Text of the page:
gold for display in the Smithsonian Institution. Bronze
replicas will be available for purchase by individuals.
Once the medal is ready for presentation, the White
House, Senate and House will decide on a site probably the Capitol Rotunda and date for the award
ceremony. Related events are being considered as well,
such as a dinner or reception and a memorial service.
Details will be reported on Congressional Gold
Medal website, www.capgoldmedal.com, as they take
In the meantime, CAP continues to solicit possible
additions to its list of World War II members at www.
only about 100 are believed to still be alive. Information
and supporting evidence can be submitted at
through the Congressional Gold Medal site.
The website presents a thorough overview of
World War II stories, featuring articles, videos, photos,
graphics, weekly blog posts and publicity on
service during those perilous times most famously,
flying patrols off the Atlantic and Gulf coasts to guard
against deadly German U-boat attacks on U.S. commercial shipping.
CAP members carried out numerous other domestic
missions as well. They towed targets for military pilots,
conducted search and rescue missions, flew border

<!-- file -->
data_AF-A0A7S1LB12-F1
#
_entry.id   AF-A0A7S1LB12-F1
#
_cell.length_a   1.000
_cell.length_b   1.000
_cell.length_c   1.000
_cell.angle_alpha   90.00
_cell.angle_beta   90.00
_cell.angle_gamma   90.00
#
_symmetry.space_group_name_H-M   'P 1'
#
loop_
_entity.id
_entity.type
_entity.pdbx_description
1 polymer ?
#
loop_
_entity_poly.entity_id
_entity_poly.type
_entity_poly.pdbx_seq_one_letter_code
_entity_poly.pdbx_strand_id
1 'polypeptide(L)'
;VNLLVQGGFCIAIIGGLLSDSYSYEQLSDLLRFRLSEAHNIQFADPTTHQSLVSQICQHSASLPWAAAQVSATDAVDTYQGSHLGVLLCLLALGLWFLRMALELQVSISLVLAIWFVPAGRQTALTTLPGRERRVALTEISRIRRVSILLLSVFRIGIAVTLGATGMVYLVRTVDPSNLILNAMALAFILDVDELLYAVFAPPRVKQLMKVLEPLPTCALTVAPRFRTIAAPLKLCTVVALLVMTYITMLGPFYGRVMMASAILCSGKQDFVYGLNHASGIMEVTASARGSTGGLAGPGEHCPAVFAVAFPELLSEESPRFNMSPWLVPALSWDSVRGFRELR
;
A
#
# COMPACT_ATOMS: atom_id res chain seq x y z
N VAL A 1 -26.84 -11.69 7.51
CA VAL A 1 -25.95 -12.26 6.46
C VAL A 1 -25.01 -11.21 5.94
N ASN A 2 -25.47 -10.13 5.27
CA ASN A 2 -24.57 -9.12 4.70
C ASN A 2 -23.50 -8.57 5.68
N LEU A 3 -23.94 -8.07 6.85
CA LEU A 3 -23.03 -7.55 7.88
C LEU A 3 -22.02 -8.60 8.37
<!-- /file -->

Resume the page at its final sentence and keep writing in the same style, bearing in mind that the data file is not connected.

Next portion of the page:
patrols, transported personnel and supplies, maintained
fire watches and provided flight training for potential
Army Air Corps recruits and others.
The World War II members more
than 200,000 strong came from a broad, deep crosssection of America. They ranged from ordinary men,
women and teenagers in communities across the country
Noted Hollywood actor Bob Cummings,
one of publically prominent World
War II members, flew missions starting in early 1942 as
a charter member of now the California
San Fernando Senior Squadron 35. Cummings starred in
such films as Devil and Miss
and for and later in the TV situation
comedy Bob Cummings
Willa Brown was first African-American
officer, receiving the rank of lieutenant in 1942, and was also
the first African-American woman to earn a private
license and to hold a commercial license in the U.S.
She and her husband owned the Coffey School of Aeronautics
at Harlem Airport, which trained black pilots and
aviation mechanics, including future Tuskegee Airmen.
16 Civil Air Patrol Volunteer